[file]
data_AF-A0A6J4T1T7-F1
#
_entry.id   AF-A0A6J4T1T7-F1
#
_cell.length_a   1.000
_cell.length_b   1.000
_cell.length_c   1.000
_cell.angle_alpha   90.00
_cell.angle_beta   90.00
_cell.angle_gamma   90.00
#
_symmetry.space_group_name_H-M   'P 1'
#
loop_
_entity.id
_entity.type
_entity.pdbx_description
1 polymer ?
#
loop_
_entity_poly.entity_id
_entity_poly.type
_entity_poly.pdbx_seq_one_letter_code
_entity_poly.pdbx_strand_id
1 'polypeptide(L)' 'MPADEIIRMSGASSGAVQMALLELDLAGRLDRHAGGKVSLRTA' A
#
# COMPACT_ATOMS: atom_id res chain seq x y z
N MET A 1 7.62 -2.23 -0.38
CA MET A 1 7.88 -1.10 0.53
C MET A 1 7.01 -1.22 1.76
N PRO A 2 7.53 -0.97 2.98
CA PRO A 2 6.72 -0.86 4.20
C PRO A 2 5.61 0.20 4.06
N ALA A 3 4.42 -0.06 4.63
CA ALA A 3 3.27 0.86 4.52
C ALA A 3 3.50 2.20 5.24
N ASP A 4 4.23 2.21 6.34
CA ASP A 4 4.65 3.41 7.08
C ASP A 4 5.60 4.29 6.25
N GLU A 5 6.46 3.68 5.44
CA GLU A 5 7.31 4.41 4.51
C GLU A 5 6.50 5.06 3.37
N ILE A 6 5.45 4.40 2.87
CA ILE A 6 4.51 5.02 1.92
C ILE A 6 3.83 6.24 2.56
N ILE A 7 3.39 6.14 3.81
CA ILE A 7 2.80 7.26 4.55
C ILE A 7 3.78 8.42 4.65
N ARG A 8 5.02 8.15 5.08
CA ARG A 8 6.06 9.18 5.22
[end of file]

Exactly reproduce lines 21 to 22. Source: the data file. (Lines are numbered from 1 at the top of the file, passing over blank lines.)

_entity_poly.entity_id
_entity_poly.type